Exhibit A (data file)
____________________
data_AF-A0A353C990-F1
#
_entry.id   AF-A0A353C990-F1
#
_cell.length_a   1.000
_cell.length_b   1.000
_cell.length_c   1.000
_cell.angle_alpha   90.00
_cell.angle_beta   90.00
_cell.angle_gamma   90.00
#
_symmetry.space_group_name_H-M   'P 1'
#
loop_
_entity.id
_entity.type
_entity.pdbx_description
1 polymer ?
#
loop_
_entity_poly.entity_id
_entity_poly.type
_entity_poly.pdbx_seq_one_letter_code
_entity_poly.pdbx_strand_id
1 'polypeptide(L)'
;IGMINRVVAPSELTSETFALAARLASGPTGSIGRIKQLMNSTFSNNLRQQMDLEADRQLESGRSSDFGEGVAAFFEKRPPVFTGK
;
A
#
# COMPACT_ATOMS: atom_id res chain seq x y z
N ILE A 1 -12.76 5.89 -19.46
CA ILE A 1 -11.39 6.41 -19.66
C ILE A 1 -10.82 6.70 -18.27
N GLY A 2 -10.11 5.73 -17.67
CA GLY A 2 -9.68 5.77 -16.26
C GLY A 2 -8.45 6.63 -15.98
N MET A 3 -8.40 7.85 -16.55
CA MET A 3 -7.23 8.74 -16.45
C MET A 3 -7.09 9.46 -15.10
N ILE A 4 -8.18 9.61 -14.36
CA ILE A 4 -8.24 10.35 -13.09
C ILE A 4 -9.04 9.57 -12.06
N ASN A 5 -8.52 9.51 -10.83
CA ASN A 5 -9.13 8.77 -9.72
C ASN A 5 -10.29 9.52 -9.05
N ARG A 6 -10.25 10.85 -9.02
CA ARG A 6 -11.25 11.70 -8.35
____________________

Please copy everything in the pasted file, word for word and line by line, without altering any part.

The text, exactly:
data_AF-A0A353C990-F1
#
_entry.id   AF-A0A353C990-F1
#
_cell.length_a   1.000
_cell.length_b   1.000
_cell.length_c   1.000
_cell.angle_alpha   90.00
_cell.angle_beta   90.00
_cell.angle_gamma   90.00
#
_symmetry.space_group_name_H-M   'P 1'
#
loop_
_entity.id
_entity.type
_entity.pdbx_description
1 polymer ?
#
loop_
_entity_poly.entity_id
_entity_poly.type
_entity_poly.pdbx_seq_one_letter_code
_entity_poly.pdbx_strand_id
1 'polypeptide(L)'
;IGMINRVVAPSELTSETFALAARLASGPTGSIGRIKQLMNSTFSNNLRQQMDLEADRQLESGRSSDFGEGVAAFFEKRPPVFTGK
;
A
#
# COMPACT_ATOMS: atom_id res chain seq x y z
N ILE A 1 -12.76 5.89 -19.46
CA ILE A 1 -11.39 6.41 -19.66
C ILE A 1 -10.82 6.70 -18.27
N GLY A 2 -10.11 5.73 -17.67
CA GLY A 2 -9.68 5.77 -16.26
C GLY A 2 -8.45 6.63 -15.98
N MET A 3 -8.40 7.85 -16.55
CA MET A 3 -7.23 8.74 -16.45
C MET A 3 -7.09 9.46 -15.10
N ILE A 4 -8.18 9.61 -14.36
CA ILE A 4 -8.24 10.35 -13.09
C ILE A 4 -9.04 9.57 -12.06
N ASN A 5 -8.52 9.51 -10.83
CA ASN A 5 -9.13 8.77 -9.72
C ASN A 5 -10.29 9.52 -9.05
N ARG A 6 -10.25 10.85 -9.02
CA ARG A 6 -11.25 11.70 -8.35